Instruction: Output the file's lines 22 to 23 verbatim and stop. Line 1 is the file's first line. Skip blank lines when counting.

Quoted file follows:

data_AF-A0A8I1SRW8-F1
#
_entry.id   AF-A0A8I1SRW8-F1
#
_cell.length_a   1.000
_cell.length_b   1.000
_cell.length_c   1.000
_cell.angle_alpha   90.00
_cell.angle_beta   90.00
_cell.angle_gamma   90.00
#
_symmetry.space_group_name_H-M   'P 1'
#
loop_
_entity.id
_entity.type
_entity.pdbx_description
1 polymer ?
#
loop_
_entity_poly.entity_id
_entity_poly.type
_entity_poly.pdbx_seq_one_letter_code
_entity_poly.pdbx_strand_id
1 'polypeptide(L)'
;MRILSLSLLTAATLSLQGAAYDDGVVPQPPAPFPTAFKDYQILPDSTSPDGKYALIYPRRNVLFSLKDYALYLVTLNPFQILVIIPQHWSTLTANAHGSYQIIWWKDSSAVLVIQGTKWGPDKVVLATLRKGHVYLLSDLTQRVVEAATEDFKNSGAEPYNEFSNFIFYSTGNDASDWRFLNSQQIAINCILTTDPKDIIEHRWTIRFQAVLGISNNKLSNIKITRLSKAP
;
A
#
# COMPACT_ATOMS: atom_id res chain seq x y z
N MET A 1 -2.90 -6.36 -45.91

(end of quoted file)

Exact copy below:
_entity_poly.type
_entity_poly.pdbx_seq_one_letter_code